He judges the crimes trying to be as neutral as he can. In a democracy this neutrality is very important as neither the government nor any other parties can affect the judgement. The judiciary is also independent in most of the countries. It doesn’t depend on the executive or the legislative. However, their collaboration is necessary for the well being of a democracy. The legislative makes the law that the judiciary will apply on court, but this law needs to be accepted by the judges so they can apply it in the best conditions. This independency is very important.

In fact, the judges don’t owe anything to members of the executive or legislative. The judges can therefore attack the government in justice if this one doesn’t act clearly. An example of this independency and the importance for the well being of the democracy can be the judges anti-corruption in France or Italy. In addition, once they are working, it is very difficult to relieve the judges of their function, so they are able to judge in an impartial way. Justice is one of the most important institutions in a democratic government because it regulates freedom and makes sure law is observed.

Without any justice we will live in anarchy system, as no one would be afraid of the different rules implemented and would be able to do anything without being punished. An independent judiciary power ensures the democracy and the well being of the citizens. That is why modern societies have all tried to organize, within fundamental texts, the independence of the judiciary. The judiciary has to work with the legislative and executive. It follows the laws of the legislatives (judges don’t make the laws themselves) and they only judge people who are brought in by the police, which belong to the executive power.

Judges cannot take part of the political scene; they need to keep their political views personal. For example, a judge cannot be a minister or a deputy at the same time. With these measures, judges cannot be influenced in their decisions. The role of the judiciary is manifested not only in what judges do but also in how they do it. In fact, judges judge with the laws they are given, but also with their feelings, trying to be as neutral as possible. Their neutrality is not only political, but in court as well.

The judge needs to be neutral within the court, so the defendant can have a chance and is not stigmatized as the bad one at the beginning of the trial. In conclusion we can see that judiciary has a very important role in the democracy. Without this institution being independent and very neutral, the democracy wouldn’t be able to perform well, wouldn’t really be the “Power to the People”. A lack of independence in judiciary creates opacity in the processing of trials, discourages the citizens, makes them a bit more rebellious, as they don’t trust their justice, and so their government and their political regime.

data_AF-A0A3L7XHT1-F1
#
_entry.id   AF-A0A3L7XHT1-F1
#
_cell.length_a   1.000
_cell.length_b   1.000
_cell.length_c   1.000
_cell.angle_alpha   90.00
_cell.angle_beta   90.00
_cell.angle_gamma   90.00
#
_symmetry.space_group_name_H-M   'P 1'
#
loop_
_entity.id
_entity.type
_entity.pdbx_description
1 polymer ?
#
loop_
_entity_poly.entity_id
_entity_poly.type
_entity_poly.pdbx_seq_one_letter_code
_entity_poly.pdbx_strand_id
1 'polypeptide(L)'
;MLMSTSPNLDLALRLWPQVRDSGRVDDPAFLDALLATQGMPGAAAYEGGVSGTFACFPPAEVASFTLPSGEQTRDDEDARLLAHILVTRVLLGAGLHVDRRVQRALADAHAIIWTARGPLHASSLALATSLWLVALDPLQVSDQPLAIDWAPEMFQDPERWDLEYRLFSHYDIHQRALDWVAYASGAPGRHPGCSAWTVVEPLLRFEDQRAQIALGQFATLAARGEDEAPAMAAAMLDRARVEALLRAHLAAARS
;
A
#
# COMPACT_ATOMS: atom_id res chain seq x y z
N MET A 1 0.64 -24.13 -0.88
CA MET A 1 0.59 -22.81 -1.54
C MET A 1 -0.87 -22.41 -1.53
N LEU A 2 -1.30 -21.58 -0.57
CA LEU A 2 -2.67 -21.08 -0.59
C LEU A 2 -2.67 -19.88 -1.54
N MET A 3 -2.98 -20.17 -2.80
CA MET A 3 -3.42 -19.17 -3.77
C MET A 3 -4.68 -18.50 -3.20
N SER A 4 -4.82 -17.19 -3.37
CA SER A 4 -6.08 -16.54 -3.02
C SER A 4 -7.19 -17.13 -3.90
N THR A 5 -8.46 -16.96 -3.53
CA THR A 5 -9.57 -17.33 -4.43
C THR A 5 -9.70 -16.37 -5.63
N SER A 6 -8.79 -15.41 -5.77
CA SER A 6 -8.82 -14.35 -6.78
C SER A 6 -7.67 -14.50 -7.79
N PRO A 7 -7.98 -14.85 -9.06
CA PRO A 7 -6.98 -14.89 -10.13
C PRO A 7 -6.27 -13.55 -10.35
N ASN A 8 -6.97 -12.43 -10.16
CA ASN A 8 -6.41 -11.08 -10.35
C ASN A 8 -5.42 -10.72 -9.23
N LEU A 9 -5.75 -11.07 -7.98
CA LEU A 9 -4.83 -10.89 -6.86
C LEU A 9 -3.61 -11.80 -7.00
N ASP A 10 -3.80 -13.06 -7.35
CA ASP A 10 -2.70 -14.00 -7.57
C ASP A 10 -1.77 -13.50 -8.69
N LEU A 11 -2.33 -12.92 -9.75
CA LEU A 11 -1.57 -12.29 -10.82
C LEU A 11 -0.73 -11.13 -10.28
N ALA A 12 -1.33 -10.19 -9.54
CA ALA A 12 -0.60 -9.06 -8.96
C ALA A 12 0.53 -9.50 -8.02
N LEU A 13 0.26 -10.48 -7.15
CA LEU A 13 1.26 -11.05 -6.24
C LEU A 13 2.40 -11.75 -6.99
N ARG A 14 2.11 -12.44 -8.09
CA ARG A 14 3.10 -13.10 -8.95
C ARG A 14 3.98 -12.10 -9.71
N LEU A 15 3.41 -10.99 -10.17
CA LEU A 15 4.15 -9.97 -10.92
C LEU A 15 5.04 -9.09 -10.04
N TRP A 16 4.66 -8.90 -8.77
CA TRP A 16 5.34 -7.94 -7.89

Judiciary, the justice, don’t only rule with their decisions, but with the confidence that it inspires to the people. If people don’t believe in justice, they won’t believe in laws and in people making the laws, as well as in people trying to make everyone respect the law. If the judiciary is not independent of the legislative and the executives, it can lead to a democracy not as fair as what it is now, not a proper democracy in the end, so importance of the judiciary is crucial.

Bibliography: •Lane, J. and Ersson, S. 999. Politics and society in western Europe. London : Sage publication. Fourth edition. •Price, j, 1970. Comparative governments, Four modern constitutions. London : Hutchinson Educational. •Merkl, P. 1977. Modern Comparative Politics. Hinsdale, Illinois : The Dryden Press •Gleeson, M. 1997. « The role of the judiciary in a modern democracy ». Available online at : http://www. jca. asn. au/attachments/gleeson. html •Sherbrooke University. « Pouvoir Judiciaire ». Available online at : http://perspective. usherbrooke. a/bilan/servlet/BMDictionnaire? iddictionnaire=1637 •Mansour, E. 2000. « La problematique de l’independance du pouvoir judiciaire en Afrique de l’ouest ». Available online at : http://democratie. francophonie. org/IMG/pdf/22-2. pdf •Chambre des representant, Belgium. 2005. « Le pouvoir judiciaire : principe generaux ». Available online at : http://www. cmro-cmoj. be/pdf/pouvoir_judiciare_principes. pdf •Troper, M. 2005. « Le pouvoir judiciaire et la democratie ». Available online at : http://www. ejls. eu/2/32FR. pdf